• 16 and 17 year old disabled young people;
  • Carers aged 16 and 17 in place of carer's services;
  • An appointed suitable person.

Local Councils have a duty or in some circumstances, a power (Appendix 2: Power (not duty) to make Direct Payments) to provide direct payments for:

  • A community care service within the meaning of Section 46 of the National Health Service and Community Care Act 1990;
  • A service under Section 2 of the Carers and Disabled Children's Act 2000;
  • A service, which local councils may provide under Section 17 of the Children Act 1989 (provision of services for children in need, their families and others);
  • Practical assistance under Section 2 of the Chronically Sick and Disabled Persons Act (1970).

Direct Payments within children's services are made under Section 17 the Children Act 1989 or can be made as an alternative to a service that would be supplied under Section 2 of The Chronically Sick & Disabled Persons Act 1970.

5. Direct Payments For Different Service Users

Direct Payments for People with Parental responsibility for a Disabled Child:

The responsibilities of parenting a disabled child are often made more difficult by the barriers that exist in accessing mainstream services. Families with Disabled Children may feel the direct services offered by Nottingham City Social Care Services are not the best way of meeting their child's needs and may well wish to make more suitable arrangements themselves. Direct Payments may allow parents to make these arrangements.

Parents should be encouraged to use direct payments in a way that enables their disabled children to access the same opportunities and activities as their, none disabled peers.

Direct payments can be made to parents or other carers with parental responsibility for a disabled child to meet:

  • Their own assessed needs as parent carers;
  • The disabled child's assessed need;
  • The families assessed need.

Direct Payments for 16 and 17 year old Disabled Young people:

Disabled young people are entitled to take advantage of direct payments where this will safeguard and promote their welfare. Direct payments for 16 and 17 year olds should be to encourage the start of independence as a transition to adult life. This will necessitate a shift in focus by the social worker from the child as part of the family to the independence needs of the young person.

Transition from childhood to adulthood is not a single event. It is a process for the young person of gradually taking on more responsibility. At age 16/17 the young person may wish and be able to, as part of their transition; start to manage parts or all of the direct payments received to meet their own needs. This can allow them on a gradual basis to gain experience of managing direct payments and so aid further their independence skills.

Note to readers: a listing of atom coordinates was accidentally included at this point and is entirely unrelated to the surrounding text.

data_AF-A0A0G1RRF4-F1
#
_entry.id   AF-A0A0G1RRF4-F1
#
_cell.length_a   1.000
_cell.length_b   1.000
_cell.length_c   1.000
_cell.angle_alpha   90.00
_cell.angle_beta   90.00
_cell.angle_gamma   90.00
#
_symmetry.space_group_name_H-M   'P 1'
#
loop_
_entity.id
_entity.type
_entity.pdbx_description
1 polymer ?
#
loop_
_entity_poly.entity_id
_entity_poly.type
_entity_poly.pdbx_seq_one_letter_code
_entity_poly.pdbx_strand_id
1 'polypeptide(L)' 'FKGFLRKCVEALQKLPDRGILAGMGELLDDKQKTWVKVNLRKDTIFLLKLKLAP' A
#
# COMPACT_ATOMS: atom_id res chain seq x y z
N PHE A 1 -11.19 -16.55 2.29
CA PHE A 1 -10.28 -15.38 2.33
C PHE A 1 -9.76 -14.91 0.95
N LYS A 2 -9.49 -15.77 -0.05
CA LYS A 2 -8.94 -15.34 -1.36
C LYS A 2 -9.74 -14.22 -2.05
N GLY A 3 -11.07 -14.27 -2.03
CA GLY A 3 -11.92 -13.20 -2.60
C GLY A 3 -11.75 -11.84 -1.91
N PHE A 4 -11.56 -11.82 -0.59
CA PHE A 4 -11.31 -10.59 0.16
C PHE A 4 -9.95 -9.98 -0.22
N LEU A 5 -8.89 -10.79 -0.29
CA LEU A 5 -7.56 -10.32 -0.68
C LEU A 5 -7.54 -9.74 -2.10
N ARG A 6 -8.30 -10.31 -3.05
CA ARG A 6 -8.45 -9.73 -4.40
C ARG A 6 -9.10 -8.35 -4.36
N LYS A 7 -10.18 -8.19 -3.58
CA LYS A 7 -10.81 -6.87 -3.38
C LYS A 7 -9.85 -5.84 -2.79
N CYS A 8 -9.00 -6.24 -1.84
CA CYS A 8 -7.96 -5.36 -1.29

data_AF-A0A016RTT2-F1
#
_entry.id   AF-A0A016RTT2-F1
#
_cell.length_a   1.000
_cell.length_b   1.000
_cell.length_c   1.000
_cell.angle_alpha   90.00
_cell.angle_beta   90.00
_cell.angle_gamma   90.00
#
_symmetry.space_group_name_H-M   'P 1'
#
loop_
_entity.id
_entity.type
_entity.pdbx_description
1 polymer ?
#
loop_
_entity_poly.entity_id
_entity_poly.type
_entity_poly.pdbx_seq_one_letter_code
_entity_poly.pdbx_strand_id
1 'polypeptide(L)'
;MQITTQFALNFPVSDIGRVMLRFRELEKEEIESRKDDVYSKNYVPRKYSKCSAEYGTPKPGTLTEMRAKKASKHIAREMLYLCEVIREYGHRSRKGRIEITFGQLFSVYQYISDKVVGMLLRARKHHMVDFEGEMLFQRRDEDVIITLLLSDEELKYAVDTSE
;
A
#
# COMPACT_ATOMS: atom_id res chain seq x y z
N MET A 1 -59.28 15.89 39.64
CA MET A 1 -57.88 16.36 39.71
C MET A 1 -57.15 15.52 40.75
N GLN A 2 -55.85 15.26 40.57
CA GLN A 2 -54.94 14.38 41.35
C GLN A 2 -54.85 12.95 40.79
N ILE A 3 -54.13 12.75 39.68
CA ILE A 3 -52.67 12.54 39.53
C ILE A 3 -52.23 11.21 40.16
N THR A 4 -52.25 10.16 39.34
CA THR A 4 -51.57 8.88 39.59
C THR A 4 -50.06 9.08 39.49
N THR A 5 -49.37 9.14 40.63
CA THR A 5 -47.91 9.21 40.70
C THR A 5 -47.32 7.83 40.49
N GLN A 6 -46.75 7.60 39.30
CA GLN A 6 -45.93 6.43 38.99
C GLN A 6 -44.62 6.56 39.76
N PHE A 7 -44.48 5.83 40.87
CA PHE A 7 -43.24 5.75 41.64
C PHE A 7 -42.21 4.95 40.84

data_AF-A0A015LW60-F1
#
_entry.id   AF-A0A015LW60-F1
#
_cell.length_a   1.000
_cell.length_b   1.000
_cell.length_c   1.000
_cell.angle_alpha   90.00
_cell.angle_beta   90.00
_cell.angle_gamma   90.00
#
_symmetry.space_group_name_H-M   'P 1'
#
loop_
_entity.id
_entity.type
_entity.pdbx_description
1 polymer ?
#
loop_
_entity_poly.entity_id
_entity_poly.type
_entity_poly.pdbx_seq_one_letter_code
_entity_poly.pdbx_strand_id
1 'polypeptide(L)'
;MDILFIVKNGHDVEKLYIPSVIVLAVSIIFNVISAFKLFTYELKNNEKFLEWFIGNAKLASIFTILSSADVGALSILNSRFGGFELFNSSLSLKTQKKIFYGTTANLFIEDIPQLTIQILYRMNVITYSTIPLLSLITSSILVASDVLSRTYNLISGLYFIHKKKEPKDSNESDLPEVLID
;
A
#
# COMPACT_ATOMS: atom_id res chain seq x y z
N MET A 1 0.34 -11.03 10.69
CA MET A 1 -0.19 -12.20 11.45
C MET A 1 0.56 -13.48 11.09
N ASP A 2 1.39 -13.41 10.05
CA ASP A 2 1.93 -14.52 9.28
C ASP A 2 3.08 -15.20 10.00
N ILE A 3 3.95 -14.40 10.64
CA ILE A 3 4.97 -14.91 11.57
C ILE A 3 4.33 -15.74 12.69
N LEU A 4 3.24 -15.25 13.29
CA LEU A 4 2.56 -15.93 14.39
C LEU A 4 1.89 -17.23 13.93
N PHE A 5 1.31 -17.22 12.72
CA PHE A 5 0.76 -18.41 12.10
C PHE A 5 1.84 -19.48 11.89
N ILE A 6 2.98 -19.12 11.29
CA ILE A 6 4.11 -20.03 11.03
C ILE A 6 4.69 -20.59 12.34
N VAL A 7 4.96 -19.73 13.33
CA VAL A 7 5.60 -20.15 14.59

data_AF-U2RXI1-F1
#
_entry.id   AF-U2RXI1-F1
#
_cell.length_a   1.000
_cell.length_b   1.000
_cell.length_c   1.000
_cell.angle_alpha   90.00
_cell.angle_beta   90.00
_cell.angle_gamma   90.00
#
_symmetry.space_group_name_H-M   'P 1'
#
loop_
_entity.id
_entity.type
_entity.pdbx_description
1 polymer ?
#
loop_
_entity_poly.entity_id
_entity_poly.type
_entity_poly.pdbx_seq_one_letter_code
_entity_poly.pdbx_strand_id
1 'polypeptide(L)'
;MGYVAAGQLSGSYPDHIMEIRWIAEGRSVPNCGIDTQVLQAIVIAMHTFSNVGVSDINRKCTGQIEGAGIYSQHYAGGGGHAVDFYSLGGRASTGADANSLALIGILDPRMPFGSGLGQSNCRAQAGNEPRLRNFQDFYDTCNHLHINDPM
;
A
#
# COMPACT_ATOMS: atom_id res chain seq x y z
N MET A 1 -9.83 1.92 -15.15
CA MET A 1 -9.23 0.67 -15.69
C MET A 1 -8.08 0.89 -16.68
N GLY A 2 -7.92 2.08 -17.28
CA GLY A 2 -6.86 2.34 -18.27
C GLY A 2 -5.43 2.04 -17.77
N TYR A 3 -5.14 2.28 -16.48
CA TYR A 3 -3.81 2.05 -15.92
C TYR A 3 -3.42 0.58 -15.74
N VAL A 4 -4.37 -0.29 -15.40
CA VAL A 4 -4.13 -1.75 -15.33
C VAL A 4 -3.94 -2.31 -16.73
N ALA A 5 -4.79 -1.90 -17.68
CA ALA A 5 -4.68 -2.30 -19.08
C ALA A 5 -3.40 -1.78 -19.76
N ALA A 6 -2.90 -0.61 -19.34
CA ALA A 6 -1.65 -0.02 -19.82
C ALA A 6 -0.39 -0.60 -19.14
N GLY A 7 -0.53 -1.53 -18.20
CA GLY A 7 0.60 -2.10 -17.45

Where there is a difference in views between parents and young people aged 16 and 17 and the Social Worker is satisfied the welfare of the young person will be maintained and that the child has sufficient understanding to make an informed decision, Social Worker should give precedence to the views of the young person.

Futures Keyworkers should inform disabled young people about direct payments. The Lead Professional should ensure this forms part of the young person's transitions planning and is on the agenda of the transitions review, which occurs at aged 14.

Direct Payments for carers aged 16 and 17 in place of carer's services.

Direct payments allow carers to purchase the services they are assessed as needing as carers to support them in their caring role and to maintain their own health and well-being and may be used flexibly to support education, training, work or leisure activities.

Direct payments to young carers should only be made in exceptional circumstances, this is based on the principal that young carers should not be undertaking substantial care and where this is the case services should be provided to the cared for person to reduce this responsibility. A young carer aged 16/17 is eligible for a carers assessment under the Carers and Disabled Children's Act 2000 however: "Any assessment of a carer aged 16/17 needs should still be child centred and follow the guidance set out in The Framework for the Assessment of Children in Need and Their Families paying particular attention to Sections 3.61 to 3.63" (Carers and Disabled Children's Act 2000 and 2004 Act).

In the small number of cases were the young person is choosing to care and the team Manager is satisfied this is the best possible outcome for the young person a direct payment may be made to meet the young carers assessed need. In these exceptional circumstances particular attention should be paid to the extra responsibility direct payments would bring and the support mechanisms required (also see Adults Direct Payments Policy and Guidance).